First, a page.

And speaking of being "out" for the day, you need to be in excellent physical shape for a trip to Paris. In order to really experience all of the sites, you walk about five miles a day. This includes a ton of stairs.

I am not just talking about stairs. I am talking you are at the bottom and you cannot see the top. At all. March to the top of the Arc de Triomphe (284 steps) or the Notre Dame (402 steps) or the apartment I stayed in (five flights). You will know who is American there because they are the ones who stop in between steps, huffing and puffing. These are shallow steps. Narrow, sometimes claustrophobic and winding.

I did my research on running in Paris. I came to the conclusion based on my studies that they don't run. This is false. There are more runners in Paris than in other cities I have visited, but there aren't a ton, like Madison. The best thing to do is to find a nearby park and do loops in there. Running on their streets is difficult because of the people who have absolutely no desire to get out of your way which leads to lots of "Pardon!"

Now - for the sites, I recommend all of them. I would say the Cluny was my least favorite, yet still interesting. The tapestries were nice and it lacks the popularity of some of the others which is nice, when you want to do something a little quieter.

I loved the river cruise. Bundle up because it is cold on a fall night on the Siene River. You have great views of a lot of their historical buildings and the tour guide was informative. Go after dark.

Notre Dame was a grand church. What blew me away when I walked through there was that it has held up remarkably well. As you climb the 400+ stairs, crowded with people behind and in front, you wonder how it is possible that this structure is still standing and how it is possible that the stairs don't just crumble from under. I felt that way running up to the Arc de Triomphe as well. (By the way, there really were hunchbacks and you will know why...)

From afar, Socre Coeur looks so close. But it is so far away. The Eiffel Tower has the same effect.

The first time I saw the Eiffel Tower, I was blown away. I get star struck and the Tower is the celebrity of this city. It has an overbearing, empowered presence. It is surreal until you get close. Take the metro stop to the Trocadero and you will have the best view of it. When you are close enough, you can actually see camera flashes from the second floor and the top. The rickety sounding elevator can be intimidating and I insisted on going to the top. People will tell you it is scary. The elevator ride is slightly worry some. You feel like you are dangling and can free fall at any moment. The top is amazing. And there is a small apartment at the top with a recreation of Mr. Eiffel, his daughter and Ben Franklin. (I believe it was his office).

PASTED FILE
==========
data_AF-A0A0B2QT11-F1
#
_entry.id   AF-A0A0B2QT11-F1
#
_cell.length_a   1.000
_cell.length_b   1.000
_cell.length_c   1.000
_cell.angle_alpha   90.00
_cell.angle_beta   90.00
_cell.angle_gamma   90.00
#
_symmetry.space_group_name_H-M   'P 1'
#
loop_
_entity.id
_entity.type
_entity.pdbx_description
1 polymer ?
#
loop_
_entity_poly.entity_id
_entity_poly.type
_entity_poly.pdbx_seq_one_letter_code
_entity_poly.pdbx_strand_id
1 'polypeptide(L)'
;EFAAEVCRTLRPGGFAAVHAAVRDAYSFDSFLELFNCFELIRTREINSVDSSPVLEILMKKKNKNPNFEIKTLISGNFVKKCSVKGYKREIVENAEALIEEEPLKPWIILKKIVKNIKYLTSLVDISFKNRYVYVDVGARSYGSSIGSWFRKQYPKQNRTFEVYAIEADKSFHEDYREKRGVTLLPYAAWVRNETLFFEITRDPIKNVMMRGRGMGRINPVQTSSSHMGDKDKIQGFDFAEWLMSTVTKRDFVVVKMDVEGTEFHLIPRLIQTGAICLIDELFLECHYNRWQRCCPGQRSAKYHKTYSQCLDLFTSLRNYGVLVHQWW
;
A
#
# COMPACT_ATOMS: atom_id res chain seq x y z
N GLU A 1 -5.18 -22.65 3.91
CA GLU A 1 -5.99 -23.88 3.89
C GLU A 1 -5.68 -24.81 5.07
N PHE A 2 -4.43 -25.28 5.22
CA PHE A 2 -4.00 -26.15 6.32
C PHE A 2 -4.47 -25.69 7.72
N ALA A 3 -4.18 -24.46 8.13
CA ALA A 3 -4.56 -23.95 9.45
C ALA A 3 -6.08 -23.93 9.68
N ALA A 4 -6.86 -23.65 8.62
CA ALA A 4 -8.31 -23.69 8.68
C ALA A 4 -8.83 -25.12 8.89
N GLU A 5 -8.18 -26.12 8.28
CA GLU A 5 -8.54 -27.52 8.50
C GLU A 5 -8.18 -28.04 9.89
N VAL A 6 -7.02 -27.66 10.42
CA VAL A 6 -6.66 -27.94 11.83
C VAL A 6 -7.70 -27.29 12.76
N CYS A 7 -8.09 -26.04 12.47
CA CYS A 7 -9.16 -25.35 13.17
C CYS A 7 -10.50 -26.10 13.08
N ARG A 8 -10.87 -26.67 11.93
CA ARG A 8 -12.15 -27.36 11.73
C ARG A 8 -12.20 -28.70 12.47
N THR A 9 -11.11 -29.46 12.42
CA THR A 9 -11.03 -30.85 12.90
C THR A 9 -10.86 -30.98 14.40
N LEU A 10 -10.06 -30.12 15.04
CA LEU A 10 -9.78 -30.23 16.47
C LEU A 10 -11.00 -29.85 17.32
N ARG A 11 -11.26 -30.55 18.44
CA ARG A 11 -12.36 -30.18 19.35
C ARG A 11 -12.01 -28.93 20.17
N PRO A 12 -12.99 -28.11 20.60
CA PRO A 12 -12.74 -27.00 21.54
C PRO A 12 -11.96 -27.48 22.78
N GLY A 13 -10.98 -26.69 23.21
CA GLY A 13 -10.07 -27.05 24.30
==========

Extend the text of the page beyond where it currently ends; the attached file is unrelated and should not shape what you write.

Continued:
I was glad to have seen the art exhibit at the Cleveland Art Museum a few months ago, which featured some of the history of the tower.

The D'orsay is great, too. The building was an old train station. Currently under construction, I think some of the paintings are moved around. There is a ton of Degas, Monet, Van Gogh, etc.

The Rodin has the great garden with the famous Thinker. The Louvre is completely gigantic and overwhelming. There are a zillion people there and poor Mona Lisa has a million cameras in her face all the live long day (guilty!)

The highlight of the trip was taking a day to go to Giverny. It was about an hour away from the big city. It was a lovely day. Sunny. Beautiful. Peaceful. And you could actually hear the birds chirping. I was pleased. Go to lunch at the restaurant on his property. The food was good and it reminded me of a "ladies lunch" kind of place.

There is something so mystical about being in his garden. My photos of the lily pads and the weeping willows look like his paintings to me. It is magic. I will always look at his paintings in a different and special way now.

His house is incredible, as well. I loved the room he used to paint in. If you get to Paris, definitely take a trip to Giverny. (I had no interest in Versailles).

As for the food - it was all delicious. I recommend a Creperie place called Creperie Suzette. And I loved Angelina's for a nice cup of hot chocolate. They are famous for it and the line is worth it. It is like drinking a candy bar.

I even got to sit in on a class at Le Cordon Bleu. Yes, there are some pictures of Julia, Giada, Meryl Streep and more. My understanding is that Parisians don't really know much about the school. A lot of Americans go there. It appears that a lot of Asians do, as well.

Up next: Carmel-by-the-Sea!

A Bientot!